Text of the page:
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Wiggins v. State

Supreme Court of Georgia

September 22, 2014


Murder. Fulton Superior Court. Before Judge McBurney.

Dawn M. Belisle, for appellant.

Paul L. Howard, Jr. , District Attorney, Paige Reese Whitaker , Marc A. Mallon , Assistant District Attorneys, Samuel S. Olens , Attorney General, Patricia B. Attaway Burton , Deputy Attorney General, Paula K. Smith , Senior Assistant Attorney General, Rochelle W. Gordon , Assistant Attorney General, for appellee.


Page 485

Hines, Presiding Justice.

Calvin Wiggins appeals the denial of his motion for new trial, as amended, and his convictions for felony murder while in the commission of aggravated assault and possession of a firearm during the commission of a felony in connection with the fatal shooting of Mahdi Thomas. Wiggins challenges the admission into evidence of statements by the victim as dying declarations and the effectiveness of his trial counsel. Finding the challenges to be without merit, we affirm.[1]

The evidence construed in favor of the verdicts showed the following. On September 22, 2007, Wiggins, who was known as " Weedi," and Thomas robbed a local drug dealer at gunpoint, taking up to five pounds of marijuana and $7,000 in cash. Thomas left taking the marijuana and money with him, while Wiggins stayed behind, keeping a handgun on the drug dealer. After a few minutes, Wiggins left, taking the drug dealer's cell phone and car.

That evening Thomas was to meet Wiggins at a gas station in Fulton County. Wiggins was not happy with his share of the proceeds from the armed robbery. At approximately 10:00 p.m., Thomas was in the driver's seat of his vehicle, which was stopped at one of the [295 Ga. 685] station's gas pumps. Wiggins and another man were in the vehicle with Thomas; Wiggins was sitting in the front passenger seat next to Thomas, and the other man had gotten into the back seat of Thomas's car after exiting a car parked nearby. The front seat passenger shot Thomas, exited the vehicle, and again fired the handgun he was wielding at the then fleeing Thomas. The back seat passenger moved from the rear of Thomas's car and rummaged through the front seat area, emerging with the stolen marijuana and cash. The shooter and the back seat passenger entered the car parked nearby and " peeled off" toward the highway.

Thomas sustained severe injuries from multiple gunshot wounds, and was transported to a hospital where he died following three surgical procedures in an attempt to save his life.

1. Shortly after the first surgery, Thomas made two non-verbal statements -- one to his brother and another to his wife -- indicating that it was Wiggins who shot him.[2] Wiggins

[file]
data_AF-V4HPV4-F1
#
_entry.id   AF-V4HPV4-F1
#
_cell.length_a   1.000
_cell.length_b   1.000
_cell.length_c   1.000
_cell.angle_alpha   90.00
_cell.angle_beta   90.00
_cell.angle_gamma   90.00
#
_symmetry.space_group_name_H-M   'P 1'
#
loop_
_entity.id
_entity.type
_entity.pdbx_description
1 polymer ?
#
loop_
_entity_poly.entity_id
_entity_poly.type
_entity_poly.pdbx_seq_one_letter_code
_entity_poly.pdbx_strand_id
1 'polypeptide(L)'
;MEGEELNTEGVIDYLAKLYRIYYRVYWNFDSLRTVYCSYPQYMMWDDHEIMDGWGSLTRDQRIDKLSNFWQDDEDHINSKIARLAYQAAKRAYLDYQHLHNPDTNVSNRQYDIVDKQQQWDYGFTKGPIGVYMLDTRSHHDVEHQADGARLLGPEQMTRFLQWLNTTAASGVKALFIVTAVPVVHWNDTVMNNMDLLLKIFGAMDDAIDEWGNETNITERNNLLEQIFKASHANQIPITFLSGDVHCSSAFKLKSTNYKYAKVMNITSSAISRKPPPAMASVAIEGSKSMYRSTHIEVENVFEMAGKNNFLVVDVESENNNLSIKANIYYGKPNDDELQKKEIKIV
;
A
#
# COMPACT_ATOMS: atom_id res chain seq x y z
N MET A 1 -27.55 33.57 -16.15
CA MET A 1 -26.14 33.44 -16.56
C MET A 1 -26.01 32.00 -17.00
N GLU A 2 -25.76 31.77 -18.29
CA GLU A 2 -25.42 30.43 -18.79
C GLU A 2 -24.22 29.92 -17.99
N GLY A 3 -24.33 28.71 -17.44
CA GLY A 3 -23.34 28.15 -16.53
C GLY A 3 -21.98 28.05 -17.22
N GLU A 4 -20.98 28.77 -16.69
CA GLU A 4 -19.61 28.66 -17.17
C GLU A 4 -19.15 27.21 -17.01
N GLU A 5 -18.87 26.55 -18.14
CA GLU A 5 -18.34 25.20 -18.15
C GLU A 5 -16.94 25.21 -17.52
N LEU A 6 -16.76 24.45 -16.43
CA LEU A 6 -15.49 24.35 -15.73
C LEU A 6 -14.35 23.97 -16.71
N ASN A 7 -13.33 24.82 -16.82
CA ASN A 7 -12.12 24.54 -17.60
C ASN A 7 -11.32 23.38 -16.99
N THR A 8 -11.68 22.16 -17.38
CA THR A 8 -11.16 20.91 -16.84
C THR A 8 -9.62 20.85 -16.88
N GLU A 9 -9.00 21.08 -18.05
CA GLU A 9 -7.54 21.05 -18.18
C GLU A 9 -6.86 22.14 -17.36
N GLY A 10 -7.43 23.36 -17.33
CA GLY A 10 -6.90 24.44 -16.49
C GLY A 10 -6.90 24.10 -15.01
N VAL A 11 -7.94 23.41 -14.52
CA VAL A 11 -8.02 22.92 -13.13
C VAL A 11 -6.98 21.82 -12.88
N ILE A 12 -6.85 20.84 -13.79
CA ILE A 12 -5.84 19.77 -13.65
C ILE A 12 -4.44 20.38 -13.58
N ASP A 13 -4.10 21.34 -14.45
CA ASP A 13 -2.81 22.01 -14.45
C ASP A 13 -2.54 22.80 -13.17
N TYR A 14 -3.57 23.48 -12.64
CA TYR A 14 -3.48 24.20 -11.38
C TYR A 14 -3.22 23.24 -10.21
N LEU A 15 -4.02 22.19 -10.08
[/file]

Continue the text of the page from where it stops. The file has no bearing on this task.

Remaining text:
Page 486

contends that the trial court erred in admitting evidence of the statements as an exception to hearsay testimony as the victim's dying declarations because the victim was not in the " article of death" at the time such statements were made.

Certainly, in order for a statement to be admissible as a dying declaration under former OCGA § 24-3-6,[3] the deceased must have been conscious of his condition; however, " it need only appear to the court from the circumstances of the case that there was a probability that the deceased was conscious of his condition at the time he made the statement." Sanford v. State, 287 Ga. 351, 353 (2) (695 S.E.2d 579) (2010). The testimony which is introduced as a dying declaration does not have to contain any statement by the deceased to the effect that he is conscious of his impending death at the time the declaration is made; this may be inferred from the nature of the wounds and other circumstances. Id.

[295 Ga. 686] The circumstances in this case demonstrate that Thomas was conscious of his dire condition at the time he made the non-verbal statements inculpating Wiggins as the shooter: Thomas prayed with his wife for forgiveness; Thomas's intestines were shot like " swiss cheese" ; he had a hole in his diaphragm; he had a gunshot wound that went through his liver; he had an injury to the vessel that drained his left kidney, causing it to die; he had holes in his colon and stomach; the first operation ended prematurely around 2:20 a.m. on September 23, 2007 because Thomas became very ill; his stomach was left open and his intestines were visible through clear plastic tape; he was tied to the bed and had a chest tube in place; although Thomas was on medication for pain, he was awake and alert after the first operation; and his mental status was evaluated as " 11T," meaning he was following commands and able to make motions. However, after a second operation on September 24, 2007, Thomas developed a serious infection that caused him to " swell up like a balloon" ; his exposed intestines turned from pink to jet ...

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